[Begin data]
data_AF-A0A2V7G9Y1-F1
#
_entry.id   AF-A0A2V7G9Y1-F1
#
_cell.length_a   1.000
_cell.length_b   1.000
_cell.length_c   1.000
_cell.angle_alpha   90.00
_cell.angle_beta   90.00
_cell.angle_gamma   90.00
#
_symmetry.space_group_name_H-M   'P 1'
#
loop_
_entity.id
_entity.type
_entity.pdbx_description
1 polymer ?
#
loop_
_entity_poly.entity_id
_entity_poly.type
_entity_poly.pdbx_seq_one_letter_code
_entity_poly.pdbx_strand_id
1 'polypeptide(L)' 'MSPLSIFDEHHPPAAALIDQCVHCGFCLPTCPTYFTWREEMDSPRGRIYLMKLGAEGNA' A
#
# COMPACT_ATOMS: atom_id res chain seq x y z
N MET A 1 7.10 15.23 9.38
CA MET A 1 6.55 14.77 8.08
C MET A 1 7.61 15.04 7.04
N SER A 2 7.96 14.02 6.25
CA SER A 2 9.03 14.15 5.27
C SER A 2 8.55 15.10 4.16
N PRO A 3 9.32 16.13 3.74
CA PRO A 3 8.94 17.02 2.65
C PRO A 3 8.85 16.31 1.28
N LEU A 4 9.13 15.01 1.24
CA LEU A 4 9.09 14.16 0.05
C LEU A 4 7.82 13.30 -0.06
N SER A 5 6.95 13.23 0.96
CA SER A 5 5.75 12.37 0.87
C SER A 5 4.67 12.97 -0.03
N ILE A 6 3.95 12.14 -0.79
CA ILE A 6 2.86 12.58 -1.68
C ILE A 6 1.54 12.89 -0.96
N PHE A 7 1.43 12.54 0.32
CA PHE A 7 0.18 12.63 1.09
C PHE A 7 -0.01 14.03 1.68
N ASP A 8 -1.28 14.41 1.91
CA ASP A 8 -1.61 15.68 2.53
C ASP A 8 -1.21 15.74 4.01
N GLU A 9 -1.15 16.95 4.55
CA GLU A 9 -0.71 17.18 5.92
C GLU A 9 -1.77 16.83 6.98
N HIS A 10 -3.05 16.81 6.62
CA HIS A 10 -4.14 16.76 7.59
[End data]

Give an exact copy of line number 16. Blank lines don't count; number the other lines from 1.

_entity.type